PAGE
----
Make sure your students save their work to use the presentation again in the next lesson!

3. More Features in PowerPoint

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Now that your students know the basics of Microsoft PowerPoint, it’s time to go in-depth and teach them some of the more advanced features!

Some ideas you could cover include:

  • Using and editing external images
  • Adding audio clips
  • Inserting hyperlinks
  • Adding action buttons

It’s best to introduce these features via lecture like your previous lessons, but you can spend more time demonstrating each of these actions than the basics.

In addition, it’s a good idea to have students practice these skills along with you before they go back to working on their own presentations.

To do this, instruct your students to open a new, blank presentation. Then, go through each demonstration and have them follow along to make sure they understand how each of these features work.

Once you’re confident most students have a handle on how all of these features work, it’s back to working on their own!

Activity: Make Your Presentation Interesting

As with the other hands-on practice activities, start by having your students open their saved presentations.

Then, ask them to spice up their presentations by adding a few of the elements they just learned.

It’s smart to give them some ideas of where to start, such as:

  • Including a hyperlink to a website that relates to their topic
  • Inserting an action button to play an audio clip

At this point you can give your students some free range to be creative in making their presentations more interesting. But to keep them on track, provide a list of “must do’s” such as having a certain number of hyperlinks or adding images to specific slides.

If you’re running low on class time for students to complete this activity, you can have students finish it as homework to be reviewed next class.

4. Do’s & Don’ts of Effective Presentations

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Now that your students have the skills for creating a presentation, it’s time to take a step back and show them how to make an effective presentation.

Just because they know how to add text and images, that doesn’t mean they know the best way to do those things!

For this lesson, you’ll need to do some work up front.

Before class, create a presentation with some examples of both bad and good examples of presentation slides. You’ll use this presentation in the second part of your lesson.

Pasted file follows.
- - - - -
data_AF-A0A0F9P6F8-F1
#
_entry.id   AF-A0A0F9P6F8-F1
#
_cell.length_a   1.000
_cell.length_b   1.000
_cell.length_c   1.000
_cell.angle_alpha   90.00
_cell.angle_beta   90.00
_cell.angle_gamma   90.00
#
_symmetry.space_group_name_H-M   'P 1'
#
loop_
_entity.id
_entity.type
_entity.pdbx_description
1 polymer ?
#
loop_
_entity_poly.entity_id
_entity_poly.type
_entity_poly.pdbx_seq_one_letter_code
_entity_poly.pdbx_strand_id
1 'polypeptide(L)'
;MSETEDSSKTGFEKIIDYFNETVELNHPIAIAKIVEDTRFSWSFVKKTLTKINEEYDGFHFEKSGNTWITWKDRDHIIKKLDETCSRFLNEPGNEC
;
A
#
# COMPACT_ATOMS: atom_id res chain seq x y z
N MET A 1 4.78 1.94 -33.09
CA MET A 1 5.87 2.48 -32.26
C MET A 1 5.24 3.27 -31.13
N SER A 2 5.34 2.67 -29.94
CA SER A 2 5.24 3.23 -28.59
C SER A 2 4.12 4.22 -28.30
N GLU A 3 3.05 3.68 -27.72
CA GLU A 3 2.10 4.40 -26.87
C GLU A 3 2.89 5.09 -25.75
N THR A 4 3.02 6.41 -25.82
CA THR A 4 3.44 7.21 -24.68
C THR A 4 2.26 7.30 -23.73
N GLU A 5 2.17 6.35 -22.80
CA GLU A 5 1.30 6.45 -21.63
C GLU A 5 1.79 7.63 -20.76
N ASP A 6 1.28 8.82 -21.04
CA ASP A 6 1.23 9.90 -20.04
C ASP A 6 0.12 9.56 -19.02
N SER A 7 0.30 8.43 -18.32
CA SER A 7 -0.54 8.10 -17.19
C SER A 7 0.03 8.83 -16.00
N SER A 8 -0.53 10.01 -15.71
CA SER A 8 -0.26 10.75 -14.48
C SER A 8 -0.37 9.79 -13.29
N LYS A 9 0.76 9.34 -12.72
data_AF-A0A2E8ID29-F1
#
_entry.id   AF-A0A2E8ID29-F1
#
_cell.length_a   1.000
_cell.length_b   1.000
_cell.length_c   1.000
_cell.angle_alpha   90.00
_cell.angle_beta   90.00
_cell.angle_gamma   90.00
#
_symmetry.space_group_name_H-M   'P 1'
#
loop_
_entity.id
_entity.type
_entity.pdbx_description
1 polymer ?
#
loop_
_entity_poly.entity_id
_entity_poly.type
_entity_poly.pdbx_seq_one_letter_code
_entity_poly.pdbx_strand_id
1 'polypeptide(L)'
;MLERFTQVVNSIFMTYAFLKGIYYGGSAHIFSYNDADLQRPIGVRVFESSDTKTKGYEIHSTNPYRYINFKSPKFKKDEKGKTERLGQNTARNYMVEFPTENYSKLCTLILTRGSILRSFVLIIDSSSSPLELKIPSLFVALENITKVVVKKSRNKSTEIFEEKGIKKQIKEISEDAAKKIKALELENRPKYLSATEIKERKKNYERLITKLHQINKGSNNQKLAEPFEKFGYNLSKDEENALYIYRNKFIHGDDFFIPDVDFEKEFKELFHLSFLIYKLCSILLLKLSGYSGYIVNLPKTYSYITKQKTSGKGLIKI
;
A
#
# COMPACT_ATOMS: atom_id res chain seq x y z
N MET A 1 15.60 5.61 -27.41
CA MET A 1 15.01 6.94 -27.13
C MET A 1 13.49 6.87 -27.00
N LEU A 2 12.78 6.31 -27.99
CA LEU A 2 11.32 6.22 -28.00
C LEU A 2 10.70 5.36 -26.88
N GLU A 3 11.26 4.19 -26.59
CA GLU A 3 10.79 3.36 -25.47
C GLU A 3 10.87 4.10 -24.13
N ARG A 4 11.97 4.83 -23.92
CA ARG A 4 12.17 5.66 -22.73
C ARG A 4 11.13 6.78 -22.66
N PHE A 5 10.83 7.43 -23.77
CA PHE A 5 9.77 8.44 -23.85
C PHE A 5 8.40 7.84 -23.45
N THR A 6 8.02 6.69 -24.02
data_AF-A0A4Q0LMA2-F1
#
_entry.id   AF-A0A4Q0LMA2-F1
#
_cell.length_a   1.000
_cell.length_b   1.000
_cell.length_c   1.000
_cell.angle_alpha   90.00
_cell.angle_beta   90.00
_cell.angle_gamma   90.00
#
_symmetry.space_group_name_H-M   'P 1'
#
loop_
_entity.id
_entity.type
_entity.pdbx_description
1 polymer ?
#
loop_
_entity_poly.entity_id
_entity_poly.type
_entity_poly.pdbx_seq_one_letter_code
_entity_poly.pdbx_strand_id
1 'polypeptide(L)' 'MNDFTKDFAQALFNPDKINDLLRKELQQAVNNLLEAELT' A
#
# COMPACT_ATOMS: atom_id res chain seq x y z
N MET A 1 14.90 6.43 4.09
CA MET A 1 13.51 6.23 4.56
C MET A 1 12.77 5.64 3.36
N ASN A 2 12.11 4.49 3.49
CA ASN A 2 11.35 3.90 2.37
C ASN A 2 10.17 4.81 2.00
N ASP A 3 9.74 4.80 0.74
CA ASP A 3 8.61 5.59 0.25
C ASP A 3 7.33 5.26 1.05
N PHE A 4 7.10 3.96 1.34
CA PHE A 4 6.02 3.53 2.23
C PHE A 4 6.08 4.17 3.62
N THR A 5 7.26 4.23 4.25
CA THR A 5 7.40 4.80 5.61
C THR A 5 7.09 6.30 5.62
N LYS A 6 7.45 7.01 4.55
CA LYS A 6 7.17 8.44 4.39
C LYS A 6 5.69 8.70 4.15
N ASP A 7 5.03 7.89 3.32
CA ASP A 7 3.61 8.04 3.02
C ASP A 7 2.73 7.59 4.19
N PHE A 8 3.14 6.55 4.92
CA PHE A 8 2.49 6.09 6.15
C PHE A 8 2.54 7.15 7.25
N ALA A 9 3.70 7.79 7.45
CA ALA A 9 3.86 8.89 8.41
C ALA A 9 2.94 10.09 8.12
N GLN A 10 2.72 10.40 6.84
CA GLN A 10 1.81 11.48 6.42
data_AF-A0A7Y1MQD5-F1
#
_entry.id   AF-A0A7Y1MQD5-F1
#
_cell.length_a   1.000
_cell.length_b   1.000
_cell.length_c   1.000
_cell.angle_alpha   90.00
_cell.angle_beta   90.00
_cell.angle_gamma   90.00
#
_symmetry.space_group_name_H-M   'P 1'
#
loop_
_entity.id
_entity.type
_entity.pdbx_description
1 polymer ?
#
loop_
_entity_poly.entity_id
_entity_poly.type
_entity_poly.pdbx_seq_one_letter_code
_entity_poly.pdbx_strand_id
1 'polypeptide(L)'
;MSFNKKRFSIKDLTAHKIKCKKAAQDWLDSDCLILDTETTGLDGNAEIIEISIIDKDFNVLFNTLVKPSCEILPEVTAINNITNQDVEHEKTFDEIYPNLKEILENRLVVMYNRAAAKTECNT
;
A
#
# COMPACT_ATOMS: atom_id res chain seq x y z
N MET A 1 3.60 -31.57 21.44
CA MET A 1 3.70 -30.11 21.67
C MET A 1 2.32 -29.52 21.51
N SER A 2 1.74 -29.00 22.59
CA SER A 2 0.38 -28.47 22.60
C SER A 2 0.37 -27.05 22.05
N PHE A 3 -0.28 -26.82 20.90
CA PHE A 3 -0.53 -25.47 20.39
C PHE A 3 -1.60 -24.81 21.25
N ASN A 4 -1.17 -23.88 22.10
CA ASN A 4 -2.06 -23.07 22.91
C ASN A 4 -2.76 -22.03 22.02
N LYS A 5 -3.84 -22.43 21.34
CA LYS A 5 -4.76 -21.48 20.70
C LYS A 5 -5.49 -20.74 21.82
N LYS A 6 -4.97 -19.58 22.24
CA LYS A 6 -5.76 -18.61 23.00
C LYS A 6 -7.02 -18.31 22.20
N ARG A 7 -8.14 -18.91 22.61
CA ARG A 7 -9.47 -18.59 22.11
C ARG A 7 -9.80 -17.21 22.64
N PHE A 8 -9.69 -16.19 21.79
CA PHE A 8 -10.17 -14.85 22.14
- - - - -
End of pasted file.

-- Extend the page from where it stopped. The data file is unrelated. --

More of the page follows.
In class, start your lesson by talking about why it’s important to pay attention to the details when creating a presentation. Following these tips can make or break how a presentation is received by the audience!

Some tips to mention include:

  • Not filling a slide with paragraphs of text
  • Using bullets and numbered lists
  • Leaving white space on the slides
  • Using consistent colors and fonts

When going over the tips, make sure you discuss why each point is important and how to decide whether a slide is effective.

After going over the tips, it’s time to open your example presentation. Instruct your students to spot the problems as you go through the slides. If someone thinks a slide could be improved, they can raise their hand and give a suggestion.

Getting your students to look at someone else’s presentation and provide feedback is a great way to reinforce why it’s important to pay attention to the details when creating their own!

Activity: Apply the Principles of Effective Presentations

Once you’ve gone over the do’s and don’ts of creating an effective presentation, it’s time for your students to apply what they’ve learned!

Instruct your students to open their saved presentations and revise their slides to be more effective.

If your students work well together, have them pair up and give each other suggestions based on what they just learned.

As they do so, walk around the classroom answering any questions that come up. At the end of class, have everyone save their work in the designated location.

A great way to wrap up your lessons on PowerPoint is to have everyone show off their work in the next class period. To make it more interesting, have students vote on who made the most effective presentation!

Start Teaching Microsoft PowerPoint Today!

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Now that you’ve got some Microsoft PowerPoint lesson plans ideas, what’s next?

You could take these lesson ideas and jump right in to creating your lessons. Or you could check out a ready-to-use curriculum that has more than 30 hours of content to teach your students how to use Microsoft PowerPoint!

Business&ITCenter21 is a digital curriculum built to help you save time when teaching computer applications. The system includes interactive student lessons, pre-made lesson plans, teacher presentations, assessments, and more.

And there’s more than just PowerPoint lessons -- Business&ITCenter21 has hundreds of hours of computer applications curriculum to help you teach all of the Microsoft Office applications!

Want to learn more? Check out the computer applications curriculum catalog now!

View the Computer Applications Curriclum Catalog

 

About Bri Stauffer

Bri writes content to help teachers and students succeed in the classroom. In addition, she runs the AES Educator Community group to help teachers collaborate from across the country.